Veterinary Receptionist Job Description

Being a receptionist in a veterinary office takes a special kind of person who is able to deal with both humans and animals alike. While there are certain duties that are part of the job, the primary responsibility of a veterinary receptionist is to greet patients and their owners as they arrive, while making them feel safe and welcome. A receptionist must have great communication skills and be friendly and outgoing as literally every person who comes in the door will come in contact with the veterinary receptionist.

Understanding the Veterinary Receptionist Job Description

Each and every veterinary office or clinic will have duties and responsibilities which are specific to that location. While there are general duties that are inherent in the job classification as a receptionist, some offices may have varying degrees of responsibilities from answering phones to dispensing pet meds. Prior to applying for a job as a veterinary receptionist, it is always advisable to understand what the specific requirements and qualifications are in terms of the job description. Most employers will list very specific job descriptions when advertising for ‘help wanted’.

Personal Qualifications

As in any other profession, there are personal qualifications that a receptionist must have. For starters, this type of job requires an individual who is able to demonstrate empathy with clients, even if they should become distraught or angered. Emotions may run high when a beloved pet is ill or injured, and the owner may act out as a result. A veterinary receptionist should be able to remain calm and compassionate while carrying on a multitude of other tasks. Personal qualifications would include being able to effectively handle several things at the same time without getting frustrated or letting that frustration flow over to the way clients are dealt with.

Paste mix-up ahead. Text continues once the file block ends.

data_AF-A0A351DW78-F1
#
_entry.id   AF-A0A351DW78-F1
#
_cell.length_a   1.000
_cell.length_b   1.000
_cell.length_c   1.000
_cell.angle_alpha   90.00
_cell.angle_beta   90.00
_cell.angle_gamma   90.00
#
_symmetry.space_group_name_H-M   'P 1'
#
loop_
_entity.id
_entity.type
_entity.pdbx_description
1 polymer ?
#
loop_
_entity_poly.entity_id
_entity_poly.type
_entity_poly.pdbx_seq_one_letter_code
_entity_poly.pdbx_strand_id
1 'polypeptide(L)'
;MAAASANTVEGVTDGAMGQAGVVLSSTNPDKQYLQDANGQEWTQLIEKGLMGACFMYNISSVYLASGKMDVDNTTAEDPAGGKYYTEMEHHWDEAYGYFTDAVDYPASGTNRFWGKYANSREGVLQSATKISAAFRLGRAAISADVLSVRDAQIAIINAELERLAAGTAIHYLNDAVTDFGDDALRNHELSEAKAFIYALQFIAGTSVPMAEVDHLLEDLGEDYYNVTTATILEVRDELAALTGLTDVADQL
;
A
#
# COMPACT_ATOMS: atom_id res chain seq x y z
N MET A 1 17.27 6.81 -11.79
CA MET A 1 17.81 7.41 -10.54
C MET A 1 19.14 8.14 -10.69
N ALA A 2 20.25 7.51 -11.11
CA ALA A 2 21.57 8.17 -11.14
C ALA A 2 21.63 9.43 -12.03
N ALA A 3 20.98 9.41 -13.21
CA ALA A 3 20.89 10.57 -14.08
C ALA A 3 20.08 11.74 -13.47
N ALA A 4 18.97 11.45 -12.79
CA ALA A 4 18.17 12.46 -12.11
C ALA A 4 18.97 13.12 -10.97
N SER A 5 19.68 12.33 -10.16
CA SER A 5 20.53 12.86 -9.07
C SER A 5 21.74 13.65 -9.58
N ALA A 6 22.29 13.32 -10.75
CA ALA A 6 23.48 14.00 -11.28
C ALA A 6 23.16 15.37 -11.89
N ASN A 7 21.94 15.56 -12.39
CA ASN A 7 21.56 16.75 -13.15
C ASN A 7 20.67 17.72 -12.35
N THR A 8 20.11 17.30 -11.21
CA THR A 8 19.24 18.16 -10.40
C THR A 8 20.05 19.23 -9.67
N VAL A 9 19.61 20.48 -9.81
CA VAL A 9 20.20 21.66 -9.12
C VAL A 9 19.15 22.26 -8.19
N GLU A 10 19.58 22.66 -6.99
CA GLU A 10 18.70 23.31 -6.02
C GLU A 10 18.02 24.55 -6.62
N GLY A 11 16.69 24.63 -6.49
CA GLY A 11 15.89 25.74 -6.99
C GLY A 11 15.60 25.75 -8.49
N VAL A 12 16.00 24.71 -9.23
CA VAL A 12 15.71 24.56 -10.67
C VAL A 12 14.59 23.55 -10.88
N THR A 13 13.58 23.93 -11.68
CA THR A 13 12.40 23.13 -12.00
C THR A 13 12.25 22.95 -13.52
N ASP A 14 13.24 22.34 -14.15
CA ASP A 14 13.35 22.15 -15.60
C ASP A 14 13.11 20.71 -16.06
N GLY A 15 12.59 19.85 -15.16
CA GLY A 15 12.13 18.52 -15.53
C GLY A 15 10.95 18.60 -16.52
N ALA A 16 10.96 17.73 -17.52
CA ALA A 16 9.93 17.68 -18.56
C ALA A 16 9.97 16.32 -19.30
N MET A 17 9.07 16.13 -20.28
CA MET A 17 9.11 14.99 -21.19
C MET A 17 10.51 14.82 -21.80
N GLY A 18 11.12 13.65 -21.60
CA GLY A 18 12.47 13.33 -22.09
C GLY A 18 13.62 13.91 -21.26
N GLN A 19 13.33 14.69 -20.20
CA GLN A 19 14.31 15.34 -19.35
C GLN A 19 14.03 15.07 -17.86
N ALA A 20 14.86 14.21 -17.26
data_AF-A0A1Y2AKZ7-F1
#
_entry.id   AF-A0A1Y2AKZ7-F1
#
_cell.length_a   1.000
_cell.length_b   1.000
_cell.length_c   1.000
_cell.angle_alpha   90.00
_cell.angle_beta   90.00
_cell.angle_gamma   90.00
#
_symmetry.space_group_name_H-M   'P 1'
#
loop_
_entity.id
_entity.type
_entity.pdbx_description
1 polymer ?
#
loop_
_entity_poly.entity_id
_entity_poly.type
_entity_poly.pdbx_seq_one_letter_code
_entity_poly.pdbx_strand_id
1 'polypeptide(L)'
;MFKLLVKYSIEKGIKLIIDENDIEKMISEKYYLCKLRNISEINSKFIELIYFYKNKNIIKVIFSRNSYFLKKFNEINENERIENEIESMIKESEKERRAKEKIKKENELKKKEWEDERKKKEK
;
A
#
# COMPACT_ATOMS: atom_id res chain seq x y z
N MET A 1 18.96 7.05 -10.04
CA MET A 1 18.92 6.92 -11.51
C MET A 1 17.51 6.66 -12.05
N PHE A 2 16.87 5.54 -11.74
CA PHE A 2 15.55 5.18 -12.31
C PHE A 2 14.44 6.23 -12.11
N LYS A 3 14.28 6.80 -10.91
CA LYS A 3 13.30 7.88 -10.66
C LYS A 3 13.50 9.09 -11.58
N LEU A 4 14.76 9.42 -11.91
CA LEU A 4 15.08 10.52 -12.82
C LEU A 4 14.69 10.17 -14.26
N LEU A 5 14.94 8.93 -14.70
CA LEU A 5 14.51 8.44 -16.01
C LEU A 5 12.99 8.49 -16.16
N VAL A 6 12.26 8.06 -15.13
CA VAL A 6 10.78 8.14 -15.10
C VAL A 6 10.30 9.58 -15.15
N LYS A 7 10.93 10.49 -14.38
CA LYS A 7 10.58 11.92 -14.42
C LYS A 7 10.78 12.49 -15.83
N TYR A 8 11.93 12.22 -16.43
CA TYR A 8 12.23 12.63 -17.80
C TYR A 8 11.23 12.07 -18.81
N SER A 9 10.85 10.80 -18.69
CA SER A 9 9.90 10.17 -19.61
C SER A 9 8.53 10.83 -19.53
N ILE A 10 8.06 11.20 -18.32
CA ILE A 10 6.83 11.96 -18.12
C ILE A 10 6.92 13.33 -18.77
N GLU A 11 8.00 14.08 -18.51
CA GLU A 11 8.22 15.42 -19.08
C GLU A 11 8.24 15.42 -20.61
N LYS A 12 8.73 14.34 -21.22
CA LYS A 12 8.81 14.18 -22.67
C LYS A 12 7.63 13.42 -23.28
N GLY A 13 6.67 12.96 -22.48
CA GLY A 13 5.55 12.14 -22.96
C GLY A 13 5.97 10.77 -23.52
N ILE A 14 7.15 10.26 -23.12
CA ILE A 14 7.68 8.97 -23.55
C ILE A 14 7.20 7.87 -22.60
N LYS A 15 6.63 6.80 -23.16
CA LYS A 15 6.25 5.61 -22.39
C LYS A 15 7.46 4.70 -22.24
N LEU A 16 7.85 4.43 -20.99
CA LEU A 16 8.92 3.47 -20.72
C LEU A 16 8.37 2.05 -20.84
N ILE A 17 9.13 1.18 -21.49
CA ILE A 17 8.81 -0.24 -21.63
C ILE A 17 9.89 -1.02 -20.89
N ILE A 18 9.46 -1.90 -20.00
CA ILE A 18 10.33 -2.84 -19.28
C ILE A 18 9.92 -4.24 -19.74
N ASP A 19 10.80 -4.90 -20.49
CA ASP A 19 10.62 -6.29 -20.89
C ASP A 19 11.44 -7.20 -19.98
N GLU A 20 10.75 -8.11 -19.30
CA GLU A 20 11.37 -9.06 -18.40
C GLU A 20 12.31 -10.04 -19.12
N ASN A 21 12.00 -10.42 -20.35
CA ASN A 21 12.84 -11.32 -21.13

General Responsibilities

General responsibilities would probably entail answering phones, collecting payments, scheduling follow-up appointments, dispensing medications and selling items that may be available behind the counter. Other duties may vary from office to office, but one very specific duty of the receptionist is to be able to differentiate the difference between an emergency and a routine office visit. Since the veterinary reception is the main means of communication between the medical staff and the clients, it is his or her job to communicate to the vet or vet techs any emergencies that walk through the door. Other tasks may involve keeping the waiting area clean and well organized, locking up at the end of the day, calling to confirm appointments and collecting and sending mail.

The Tools of the Trade

A receptionist falls in the category of ‘general office’ work, and as such, this job entails having a familiarity with basic office equipment. Of course the telephone and the computer will probably be the two most often used tools of the trade, but other equipment may also enter into the picture. Many large veterinary offices have large amounts of incoming and outgoing mail, so a stamp machine may need to be run. There are also a number of software programs that the receptionist will need to be familiar with such as scheduling programs and bookkeeping software. Other simple tasks will involve using copy machines, faxes and printers.

Some veterinary clinics employ several people who work the front reception area, so there may be more or fewer duties at any given office. The most important part of the veterinary receptionist job description is having a welcoming personality and an ability to communicate well with anyone who enters the door. All else can be learned on the job, but being a receptionist takes being a ‘people person’ above and beyond all else.